The Texas Electric Restructuring Act (SB7) of 1999 requires investor-owned electric utilities to offer energy-efficiency programs to meet at least 10% of their annual electric load growth. But ET Director Mark Stover says utilities aren't exceeding that minimum, and their efficiency programs – such as tree-planting programs and subsidies for more efficient air conditioning and lighting – are oversubscribed and underfunded, leaving economic and environmental benefits unrealized. With more efficiency spending, like that of California and New York for example (see chart), electricity use per capita can remain flat as populations swell; efficiency spending, said Stover, can also offset the need for new power plants. Texas is poised to add 15 new coal plants, angering clean-air advocates, who say up to 50% of new energy demand can be met with increased efficiency.

Other energy policy watchdogs aren't as enthused with Efficiency Texas' plans. Carol Biedrzycki of Texas Ratepayers' Organization to Save Energy said, "All energy efficiency doesn't have equivalent benefits. The highest benefits to consumers and the environment is energy efficiency that reduces overall energy use." Biedrzycki has long been an opponent of Good Company Associates' lobbying on behalf of advanced metering technology, which uses price signals to discourage peak-time power usage, something she says merely shifts the times energy is used. Biedrzycki fears that advanced metering – as opposed to energy saving tactics like replacing appliances with high-efficiency models and building weatherization – will have too big a role with the new coalition.

Efficiency Texas has set about its work amid the high-profile Texas Public Utility Commission case against CenterPoint Energy, in which PUC staff members have alleged $105 million in overcharges to Houston-area customers in 2004. If CenterPoint is ordered to return money, ET wants it to be in the form of juiced-up efficiency programs. Stover expects to lobby other major utilities appearing before the PUC this year also. "We want the financial incentives of our regulated utilities like CenterPoint to be aligned with desires of consumers seeking the benefits of efficiency programs," he said, adding that the coalition may approach the PUC or the state Legislature in the future. "Texas leads the nation in energy use," he said. "Isn't it time for Texas to become the leader in energy efficiency?"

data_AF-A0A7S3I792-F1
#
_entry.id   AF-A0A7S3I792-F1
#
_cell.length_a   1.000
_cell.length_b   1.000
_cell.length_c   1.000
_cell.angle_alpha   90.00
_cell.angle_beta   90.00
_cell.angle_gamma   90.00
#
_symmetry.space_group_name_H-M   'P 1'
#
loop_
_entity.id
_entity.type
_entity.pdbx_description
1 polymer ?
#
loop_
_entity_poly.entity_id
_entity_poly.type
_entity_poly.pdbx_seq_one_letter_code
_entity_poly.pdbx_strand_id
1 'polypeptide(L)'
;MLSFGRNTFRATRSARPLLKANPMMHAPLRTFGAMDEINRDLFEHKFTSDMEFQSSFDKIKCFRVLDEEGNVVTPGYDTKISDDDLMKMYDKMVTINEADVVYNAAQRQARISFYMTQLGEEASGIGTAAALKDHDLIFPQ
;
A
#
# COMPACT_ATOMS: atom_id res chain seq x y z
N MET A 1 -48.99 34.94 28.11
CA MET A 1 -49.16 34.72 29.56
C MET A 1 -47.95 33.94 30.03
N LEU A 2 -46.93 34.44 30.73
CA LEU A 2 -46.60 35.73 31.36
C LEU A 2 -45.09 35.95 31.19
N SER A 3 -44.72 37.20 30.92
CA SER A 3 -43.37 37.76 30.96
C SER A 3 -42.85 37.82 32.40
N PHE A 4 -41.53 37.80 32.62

A note to readers: Bold and uncensored, The Austin Chronicle has been Austin’s independent news source for almost 40 years, expressing the community’s political and environmental concerns and supporting its active cultural scene. Now more than ever, we need your support to continue supplying Austin with independent, free press. If real news is important to you, please consider making a donation of $5, $10 or whatever you can afford, to help keep our journalism on stands.

Support the Chronicle  

NEWSLETTERS
One click gets you all the newsletters listed below

Breaking news, arts coverage, and daily events

Can't keep up with happenings around town? We can help.

Austin's queerest news and events

Updates for SXSW 2019

All questions answered (satisfaction not guaranteed)

Information is power. Support the free press, so we can support Austin.   Support the Chronicle